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The winds of economic change are blowing in the business world, and they are not gentle breezes. Inflation and interest rates have continued to rise, and whispers of a recession persist, making it challenging for companies to maintain cash flow and meet their obligations. During this financial strain, it's more crucial than ever for companies to be strategic and innovative in maintaining liquidity or they risk falling behind.
During such periods of economic unpredictability, a carefully planned 13-week cash flow model (TWCF) can be a valuable tool for C-suite leaders to communicate with stakeholders by offering insight into a company's current financial position and shedding light on the next steps.
How a TWCF Can Help
During times of unpredictability, companies often find themselves grappling with a cash flow crisis that can lead to concerns about meeting payroll obligations or the ability to pay vendors in accordance with payment terms. In such times of distress, turning to a TWCF is a reliable solution, as it minimizes the impact of unpredictability and prepares the company to navigate future uncertainties.
When it comes to cash flow forecasting, many companies typically forecast by the year. However, this approach likely doesn’t provide the necessary level of insight into a company's short-term financial health. A TWCF offers a narrower and more immediate view, enabling companies to determine whether they can meet their financial obligations, including payroll and bills, in the short term. It also provides a current picture of the company's revenue and expenses, empowering leaders to address their financial needs and make more informed decisions.
For companies that are tightly managed to a borrowing base by a lender, a TWCF can be particularly helpful in identifying potential covenant violations. By forecasting receivables and inventory levels on a weekly basis, a TWCF can alert companies to potential shortfalls in cash flow and help them proactively address funding needs. When sales are unpredictable, a TWCF can provide valuable insights into anticipated accounts receivable and inventory levels, enabling companies to adjust their strategies and make informed decisions about the best course of action.
After completing the initial TWCF, companies can continue utilizing this financial planning tool by creating successive 13-week forecasts until their financial distress has been resolved.
How to Get Started
While the concept of a TWCF forecast may seem straightforward — mapping out all the sources and uses of cash over the upcoming quarter — the execution is often more complex. After all, analyzing large customers and suppliers individually requires significant attention and detail.
Companies should review their current sales backlog and understand their sales cycle to begin the process. Additionally, they should evaluate lead times for purchasing and production and gain insights into how customers typically pay their bills.
Once a company has converted its current sales backlog into a sales forecast, the next critical steps are to forecast the collection of accounts receivable and determine the company's cash needs for the upcoming 13 weeks. This requires identifying recurring weekly or monthly cash expenses and evaluating how the organization views monthly payments and vendor relationships.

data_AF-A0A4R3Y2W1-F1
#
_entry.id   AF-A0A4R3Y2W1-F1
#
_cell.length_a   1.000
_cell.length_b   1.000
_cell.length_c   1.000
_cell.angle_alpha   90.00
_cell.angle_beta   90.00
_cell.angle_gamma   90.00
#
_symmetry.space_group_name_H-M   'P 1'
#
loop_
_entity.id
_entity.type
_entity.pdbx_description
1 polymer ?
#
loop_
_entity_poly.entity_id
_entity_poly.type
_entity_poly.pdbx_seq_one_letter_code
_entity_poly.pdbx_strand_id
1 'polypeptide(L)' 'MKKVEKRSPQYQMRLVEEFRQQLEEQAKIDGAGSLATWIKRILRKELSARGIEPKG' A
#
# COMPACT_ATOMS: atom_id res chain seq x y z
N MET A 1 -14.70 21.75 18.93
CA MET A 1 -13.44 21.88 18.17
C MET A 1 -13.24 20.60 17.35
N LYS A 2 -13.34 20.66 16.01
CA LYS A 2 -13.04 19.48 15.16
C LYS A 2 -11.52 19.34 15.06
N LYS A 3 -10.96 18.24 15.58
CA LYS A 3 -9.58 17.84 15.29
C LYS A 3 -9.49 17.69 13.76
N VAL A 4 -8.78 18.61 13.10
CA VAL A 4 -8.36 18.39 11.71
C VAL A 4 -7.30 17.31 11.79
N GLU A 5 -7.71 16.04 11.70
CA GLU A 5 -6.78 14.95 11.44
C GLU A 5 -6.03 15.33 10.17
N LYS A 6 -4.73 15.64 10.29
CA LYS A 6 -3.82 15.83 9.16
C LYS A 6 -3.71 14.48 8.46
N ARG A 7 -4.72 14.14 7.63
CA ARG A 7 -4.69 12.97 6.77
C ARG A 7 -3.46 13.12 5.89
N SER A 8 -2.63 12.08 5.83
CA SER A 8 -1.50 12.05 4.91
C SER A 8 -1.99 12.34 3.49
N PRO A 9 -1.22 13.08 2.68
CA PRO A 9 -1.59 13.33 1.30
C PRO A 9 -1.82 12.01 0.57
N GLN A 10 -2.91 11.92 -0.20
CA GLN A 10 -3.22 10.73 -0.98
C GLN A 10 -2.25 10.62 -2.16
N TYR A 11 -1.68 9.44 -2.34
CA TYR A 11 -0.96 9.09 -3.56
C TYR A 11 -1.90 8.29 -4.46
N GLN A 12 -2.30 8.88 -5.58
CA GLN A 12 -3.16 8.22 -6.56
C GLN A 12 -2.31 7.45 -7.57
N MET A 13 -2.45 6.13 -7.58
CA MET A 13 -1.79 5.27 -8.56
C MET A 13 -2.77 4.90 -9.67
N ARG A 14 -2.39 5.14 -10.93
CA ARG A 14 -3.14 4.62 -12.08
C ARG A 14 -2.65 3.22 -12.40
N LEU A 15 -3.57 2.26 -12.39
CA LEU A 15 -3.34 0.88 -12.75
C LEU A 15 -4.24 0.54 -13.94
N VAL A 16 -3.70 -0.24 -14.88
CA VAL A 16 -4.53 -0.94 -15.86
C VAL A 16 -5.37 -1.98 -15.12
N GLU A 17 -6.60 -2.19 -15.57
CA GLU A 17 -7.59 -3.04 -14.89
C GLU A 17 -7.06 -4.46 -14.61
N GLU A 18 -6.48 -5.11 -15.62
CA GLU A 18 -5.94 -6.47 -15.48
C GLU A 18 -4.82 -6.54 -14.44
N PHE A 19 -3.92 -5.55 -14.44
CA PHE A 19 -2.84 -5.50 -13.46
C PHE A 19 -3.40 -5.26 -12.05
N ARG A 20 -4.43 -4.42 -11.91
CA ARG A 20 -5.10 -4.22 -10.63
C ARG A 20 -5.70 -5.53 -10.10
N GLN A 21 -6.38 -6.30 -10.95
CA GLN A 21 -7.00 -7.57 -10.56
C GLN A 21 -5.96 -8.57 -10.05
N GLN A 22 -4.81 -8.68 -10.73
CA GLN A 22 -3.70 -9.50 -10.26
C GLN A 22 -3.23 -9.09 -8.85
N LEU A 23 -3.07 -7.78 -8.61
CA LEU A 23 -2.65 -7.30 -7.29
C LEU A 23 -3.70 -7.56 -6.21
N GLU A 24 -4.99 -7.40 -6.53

Automation can be an effective tool on the receivable side, for instance, by implementing systems-driven email reminders to encourage prompt payment. However, automation may not be the right approach for the payable side. C-Suite leaders must carefully consider how to approach vendor relationships to bridge the cash flow gap, exploring options such as payment plans, extended payment terms, or alternate suppliers. While protecting vendor relationships is essential, it's equally important to maintain transparency and share the right amount of information with vendors to achieve the desired outcome.
Evaluating a TWCF requires carefully examining all expenses, including lump-si, payments that may only be applicable once or twice a year (i.e. insurance premiums, property taxes, etc). Companies may find it beneficial to pay these expenses monthly or quarterly rather than in an annual lump sum to manage their cash flow better. Reviewing bank statements carefully is essential, as well as exploring options to stretch out payments and optimize cash flow.
Where Do I Go from Here?
A TWCF is a versatile tool that can offer significant benefits beyond its use during financial distress. Once companies have developed the expertise to use the model effectively, it can become a valuable addition to their dashboard, providing critical insights into short-term cash flow needs.
By using the model in conjunction with a long-term forecast, companies can ensure that they can manage seasonal fluctuations in working capital needs while keeping their vendors informed. Few other financial tools offer this level of insight. By regularly using the model and adding it to their financial planning and analysis toolkit, companies can enhance their financial management capabilities and position themselves for long-term success.
We Can Help
If you're looking to stabilize and improve your organization's cash flow or are required to do so by a lender or other stakeholder, you don't have to navigate the process alone. You can have your TWCF performed by a trusted partner. Our team of financial experts is here to help. With years of experience and a proven track record of success, we're well-equipped to provide you with the guidance and support you need to achieve your financial goals. Contact us today.
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